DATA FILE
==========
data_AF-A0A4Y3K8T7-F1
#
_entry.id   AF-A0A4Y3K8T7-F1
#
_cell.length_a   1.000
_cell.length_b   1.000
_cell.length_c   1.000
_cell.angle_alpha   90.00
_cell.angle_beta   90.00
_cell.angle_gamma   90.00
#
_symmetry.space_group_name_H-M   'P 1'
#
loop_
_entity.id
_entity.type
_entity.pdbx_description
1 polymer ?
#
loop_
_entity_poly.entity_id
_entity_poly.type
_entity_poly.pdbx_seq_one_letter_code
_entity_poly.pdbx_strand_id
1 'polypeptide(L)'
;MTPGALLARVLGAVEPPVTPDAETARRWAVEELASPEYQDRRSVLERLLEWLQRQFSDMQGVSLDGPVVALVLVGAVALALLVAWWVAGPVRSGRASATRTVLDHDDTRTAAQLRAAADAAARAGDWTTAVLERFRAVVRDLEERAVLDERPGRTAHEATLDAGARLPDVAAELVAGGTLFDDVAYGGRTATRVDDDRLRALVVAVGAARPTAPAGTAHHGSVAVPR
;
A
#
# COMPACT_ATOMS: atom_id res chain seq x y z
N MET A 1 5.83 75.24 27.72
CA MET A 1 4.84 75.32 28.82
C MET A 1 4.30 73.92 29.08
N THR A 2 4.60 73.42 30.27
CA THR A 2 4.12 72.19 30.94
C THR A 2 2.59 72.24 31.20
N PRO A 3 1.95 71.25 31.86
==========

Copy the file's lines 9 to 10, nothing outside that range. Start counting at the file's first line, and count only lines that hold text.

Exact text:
_cell.angle_beta   90.00
_cell.angle_gamma   90.00